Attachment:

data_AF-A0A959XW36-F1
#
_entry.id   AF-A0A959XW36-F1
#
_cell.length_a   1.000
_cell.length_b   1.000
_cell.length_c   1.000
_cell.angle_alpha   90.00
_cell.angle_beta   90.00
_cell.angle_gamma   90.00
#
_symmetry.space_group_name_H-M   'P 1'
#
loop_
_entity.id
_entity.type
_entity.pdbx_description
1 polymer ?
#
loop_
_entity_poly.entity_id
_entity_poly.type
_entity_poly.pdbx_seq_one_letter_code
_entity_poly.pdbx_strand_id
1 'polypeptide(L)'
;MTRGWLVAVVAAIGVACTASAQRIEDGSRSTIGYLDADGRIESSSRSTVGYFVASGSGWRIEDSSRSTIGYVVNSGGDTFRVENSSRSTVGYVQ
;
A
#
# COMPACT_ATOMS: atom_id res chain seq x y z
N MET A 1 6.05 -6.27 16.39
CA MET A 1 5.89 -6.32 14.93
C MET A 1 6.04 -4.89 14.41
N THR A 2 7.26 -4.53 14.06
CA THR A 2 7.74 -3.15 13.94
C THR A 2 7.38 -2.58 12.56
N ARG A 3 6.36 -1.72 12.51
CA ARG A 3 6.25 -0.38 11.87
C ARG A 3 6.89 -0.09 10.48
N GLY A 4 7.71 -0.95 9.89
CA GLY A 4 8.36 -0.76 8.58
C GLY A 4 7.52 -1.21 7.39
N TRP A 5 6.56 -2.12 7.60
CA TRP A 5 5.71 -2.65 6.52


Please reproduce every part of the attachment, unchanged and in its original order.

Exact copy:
data_AF-A0A959XW36-F1
#
_entry.id   AF-A0A959XW36-F1
#
_cell.length_a   1.000
_cell.length_b   1.000
_cell.length_c   1.000
_cell.angle_alpha   90.00
_cell.angle_beta   90.00
_cell.angle_gamma   90.00
#
_symmetry.space_group_name_H-M   'P 1'
#
loop_
_entity.id
_entity.type
_entity.pdbx_description
1 polymer ?
#
loop_
_entity_poly.entity_id
_entity_poly.type
_entity_poly.pdbx_seq_one_letter_code
_entity_poly.pdbx_strand_id
1 'polypeptide(L)'
;MTRGWLVAVVAAIGVACTASAQRIEDGSRSTIGYLDADGRIESSSRSTVGYFVASGSGWRIEDSSRSTIGYVVNSGGDTFRVENSSRSTVGYVQ
;
A
#
# COMPACT_ATOMS: atom_id res chain seq x y z
N MET A 1 6.05 -6.27 16.39
CA MET A 1 5.89 -6.32 14.93
C MET A 1 6.04 -4.89 14.41
N THR A 2 7.26 -4.53 14.06
CA THR A 2 7.74 -3.15 13.94
C THR A 2 7.38 -2.58 12.56
N ARG A 3 6.36 -1.72 12.51
CA ARG A 3 6.25 -0.38 11.87
C ARG A 3 6.89 -0.09 10.48
N GLY A 4 7.71 -0.95 9.89
CA GLY A 4 8.36 -0.76 8.58
C GLY A 4 7.52 -1.21 7.39
N TRP A 5 6.56 -2.12 7.60
CA TRP A 5 5.71 -2.65 6.52